If your traffic is staying steady or increasing, then at some level you're probably doing something right. But raw traffic alone doesn't tell the whole story...
When traffic stats get really interesting is when you move beyond simply looking at how many and start digging down into the details.
See if you can discern daily, weekly or seasonal fluctuations.
This can allow you to predict what your traffic should look like - making it easier for you to quickly identify unusual traffic patterns... or to avoid panicking when perfectly normal seasonal fluctuations cycle around again.
Look to see what site(s) referred visitors to you.
Visit those sites. See if you can identify other similar sites that appear to cater to the same audience, and try to get links from them, too.
Check what search phrases people used to find you.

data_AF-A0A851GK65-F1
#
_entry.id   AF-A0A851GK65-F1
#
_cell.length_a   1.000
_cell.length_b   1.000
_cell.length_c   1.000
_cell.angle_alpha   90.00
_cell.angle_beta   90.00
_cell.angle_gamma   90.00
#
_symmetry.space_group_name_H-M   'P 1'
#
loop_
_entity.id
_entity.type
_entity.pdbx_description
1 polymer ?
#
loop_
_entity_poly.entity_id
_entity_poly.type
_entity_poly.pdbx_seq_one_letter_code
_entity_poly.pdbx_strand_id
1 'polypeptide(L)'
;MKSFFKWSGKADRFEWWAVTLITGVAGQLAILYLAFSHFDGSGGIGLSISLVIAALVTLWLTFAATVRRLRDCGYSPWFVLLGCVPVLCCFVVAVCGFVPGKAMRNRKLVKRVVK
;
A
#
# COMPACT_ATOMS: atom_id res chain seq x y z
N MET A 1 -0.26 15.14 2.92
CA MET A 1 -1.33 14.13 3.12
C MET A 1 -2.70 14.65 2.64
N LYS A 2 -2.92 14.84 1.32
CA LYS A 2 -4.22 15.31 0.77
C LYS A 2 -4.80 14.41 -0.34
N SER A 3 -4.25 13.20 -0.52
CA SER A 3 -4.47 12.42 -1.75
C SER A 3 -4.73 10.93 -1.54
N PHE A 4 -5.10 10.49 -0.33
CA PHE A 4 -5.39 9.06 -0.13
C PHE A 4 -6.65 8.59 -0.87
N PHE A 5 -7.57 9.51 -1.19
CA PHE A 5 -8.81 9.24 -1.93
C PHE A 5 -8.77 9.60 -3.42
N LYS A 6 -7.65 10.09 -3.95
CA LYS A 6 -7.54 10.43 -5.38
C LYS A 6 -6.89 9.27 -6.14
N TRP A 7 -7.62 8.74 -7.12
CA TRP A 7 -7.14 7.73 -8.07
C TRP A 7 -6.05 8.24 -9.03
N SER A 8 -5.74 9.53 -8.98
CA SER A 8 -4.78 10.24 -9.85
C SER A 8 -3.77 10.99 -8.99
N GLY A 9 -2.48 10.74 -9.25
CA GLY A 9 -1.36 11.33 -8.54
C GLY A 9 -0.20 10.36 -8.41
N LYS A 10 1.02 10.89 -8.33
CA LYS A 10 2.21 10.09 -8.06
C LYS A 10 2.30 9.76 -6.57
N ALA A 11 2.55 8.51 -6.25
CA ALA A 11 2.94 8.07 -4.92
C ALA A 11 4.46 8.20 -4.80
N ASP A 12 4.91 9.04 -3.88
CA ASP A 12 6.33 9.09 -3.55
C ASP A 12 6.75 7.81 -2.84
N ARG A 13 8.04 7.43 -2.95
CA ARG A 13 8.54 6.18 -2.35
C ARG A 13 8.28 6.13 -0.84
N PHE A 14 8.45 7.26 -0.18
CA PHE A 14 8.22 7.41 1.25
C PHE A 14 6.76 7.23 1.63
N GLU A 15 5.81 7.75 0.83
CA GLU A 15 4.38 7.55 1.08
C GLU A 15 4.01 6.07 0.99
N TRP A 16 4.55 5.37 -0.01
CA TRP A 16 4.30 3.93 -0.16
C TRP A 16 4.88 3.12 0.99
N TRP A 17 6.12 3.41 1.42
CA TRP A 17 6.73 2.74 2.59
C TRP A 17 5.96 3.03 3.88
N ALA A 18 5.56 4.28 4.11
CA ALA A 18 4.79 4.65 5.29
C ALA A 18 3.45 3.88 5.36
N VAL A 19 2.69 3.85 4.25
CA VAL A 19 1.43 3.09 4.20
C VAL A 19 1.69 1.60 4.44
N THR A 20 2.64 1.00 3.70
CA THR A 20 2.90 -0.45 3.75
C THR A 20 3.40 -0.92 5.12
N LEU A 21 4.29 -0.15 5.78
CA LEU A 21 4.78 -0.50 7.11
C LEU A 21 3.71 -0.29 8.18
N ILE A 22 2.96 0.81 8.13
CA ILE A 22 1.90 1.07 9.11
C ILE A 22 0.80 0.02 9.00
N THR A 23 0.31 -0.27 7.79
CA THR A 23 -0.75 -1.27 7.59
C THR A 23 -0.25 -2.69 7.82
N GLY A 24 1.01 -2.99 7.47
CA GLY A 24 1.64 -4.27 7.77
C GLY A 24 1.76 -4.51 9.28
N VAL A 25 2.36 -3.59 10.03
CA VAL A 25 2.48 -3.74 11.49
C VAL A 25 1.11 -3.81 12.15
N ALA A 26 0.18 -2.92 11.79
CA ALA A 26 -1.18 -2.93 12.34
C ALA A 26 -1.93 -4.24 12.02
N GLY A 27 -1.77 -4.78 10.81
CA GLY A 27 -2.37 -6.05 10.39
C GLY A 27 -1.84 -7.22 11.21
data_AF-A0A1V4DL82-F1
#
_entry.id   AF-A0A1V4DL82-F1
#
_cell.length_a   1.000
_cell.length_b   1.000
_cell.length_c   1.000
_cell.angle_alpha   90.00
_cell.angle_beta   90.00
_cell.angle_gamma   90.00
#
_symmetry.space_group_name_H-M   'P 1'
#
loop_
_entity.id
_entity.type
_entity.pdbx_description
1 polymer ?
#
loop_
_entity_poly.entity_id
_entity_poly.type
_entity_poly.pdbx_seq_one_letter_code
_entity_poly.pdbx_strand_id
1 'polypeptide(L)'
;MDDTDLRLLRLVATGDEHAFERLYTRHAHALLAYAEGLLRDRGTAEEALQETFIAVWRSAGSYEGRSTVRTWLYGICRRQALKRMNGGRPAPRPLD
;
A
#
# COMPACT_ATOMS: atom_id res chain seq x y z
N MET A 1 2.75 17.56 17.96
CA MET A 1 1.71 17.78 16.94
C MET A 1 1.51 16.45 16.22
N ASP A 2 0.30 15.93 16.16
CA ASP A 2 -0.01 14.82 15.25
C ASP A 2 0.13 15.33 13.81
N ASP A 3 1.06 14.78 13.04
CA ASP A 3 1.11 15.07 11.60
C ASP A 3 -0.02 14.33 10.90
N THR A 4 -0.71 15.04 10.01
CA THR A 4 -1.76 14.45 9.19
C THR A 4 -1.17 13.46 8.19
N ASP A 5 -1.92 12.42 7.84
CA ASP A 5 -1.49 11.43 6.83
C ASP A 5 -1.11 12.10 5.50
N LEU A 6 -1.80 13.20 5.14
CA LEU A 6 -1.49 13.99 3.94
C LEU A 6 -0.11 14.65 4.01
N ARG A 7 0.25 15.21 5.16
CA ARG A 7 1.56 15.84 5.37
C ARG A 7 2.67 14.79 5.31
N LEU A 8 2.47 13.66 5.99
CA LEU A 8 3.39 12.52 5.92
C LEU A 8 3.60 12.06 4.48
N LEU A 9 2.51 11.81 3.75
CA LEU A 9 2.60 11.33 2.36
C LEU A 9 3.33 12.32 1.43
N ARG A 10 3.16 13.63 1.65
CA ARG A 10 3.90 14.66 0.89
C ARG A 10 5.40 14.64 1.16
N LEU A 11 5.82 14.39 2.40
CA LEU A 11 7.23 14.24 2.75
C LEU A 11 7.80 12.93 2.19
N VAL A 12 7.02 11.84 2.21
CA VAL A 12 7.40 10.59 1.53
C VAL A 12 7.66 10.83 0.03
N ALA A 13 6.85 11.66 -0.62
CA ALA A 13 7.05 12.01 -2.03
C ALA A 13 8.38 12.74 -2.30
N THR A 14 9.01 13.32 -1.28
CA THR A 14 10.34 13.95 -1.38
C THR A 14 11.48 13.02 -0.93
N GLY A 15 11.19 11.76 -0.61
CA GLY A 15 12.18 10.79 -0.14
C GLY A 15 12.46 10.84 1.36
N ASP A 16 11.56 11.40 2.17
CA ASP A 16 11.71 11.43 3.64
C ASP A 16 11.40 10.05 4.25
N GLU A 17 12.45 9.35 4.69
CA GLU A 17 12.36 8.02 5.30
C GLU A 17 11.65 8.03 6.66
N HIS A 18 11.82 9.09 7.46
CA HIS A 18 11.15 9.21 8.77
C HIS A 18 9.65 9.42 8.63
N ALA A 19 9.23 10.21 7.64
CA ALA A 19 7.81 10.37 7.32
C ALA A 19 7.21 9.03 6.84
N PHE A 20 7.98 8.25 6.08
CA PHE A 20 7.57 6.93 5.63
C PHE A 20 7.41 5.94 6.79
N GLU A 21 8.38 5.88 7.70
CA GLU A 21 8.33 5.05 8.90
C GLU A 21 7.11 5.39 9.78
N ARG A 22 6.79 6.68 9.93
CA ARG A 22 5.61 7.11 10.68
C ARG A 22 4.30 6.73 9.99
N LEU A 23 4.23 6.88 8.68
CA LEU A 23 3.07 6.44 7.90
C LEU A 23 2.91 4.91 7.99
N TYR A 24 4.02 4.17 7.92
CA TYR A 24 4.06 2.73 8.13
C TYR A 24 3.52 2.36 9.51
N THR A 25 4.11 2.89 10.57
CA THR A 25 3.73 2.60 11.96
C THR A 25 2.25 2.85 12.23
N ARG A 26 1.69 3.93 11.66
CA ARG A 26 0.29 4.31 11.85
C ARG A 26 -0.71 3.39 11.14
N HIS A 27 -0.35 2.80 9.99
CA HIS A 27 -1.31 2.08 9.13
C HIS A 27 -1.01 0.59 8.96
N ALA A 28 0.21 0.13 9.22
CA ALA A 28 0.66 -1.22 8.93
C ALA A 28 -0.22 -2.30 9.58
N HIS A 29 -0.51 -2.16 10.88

Sometimes you'll find out you're getting traffic from what I call accidental phrases - phrases you never intended to optimize for, but which occurred naturally on one or more of your pages. If those phrases are relevant to your business, just think what you could do if you actively optimized for them!
Conversely, you may also find you're getting a lot of traffic from irrelevant phrases. If these phrases don't lead to conversions and they aren't particularly on-target for the topic of your site, try to identify the pages that are generating this traffic, and see if you can instead optimize them better for other, more useful phrases. (Be aware, sometimes you're going to rank for irrelevant phrases no matter what you do. It's not the end of the world.)
Hitting the Target
Traffic is nice, but as I mentioned, too much traffic can actually end up costing you money. What you really want is targeted traffic: that is, visitors who are actually interested in - and ready to take you up on - what you have to offer.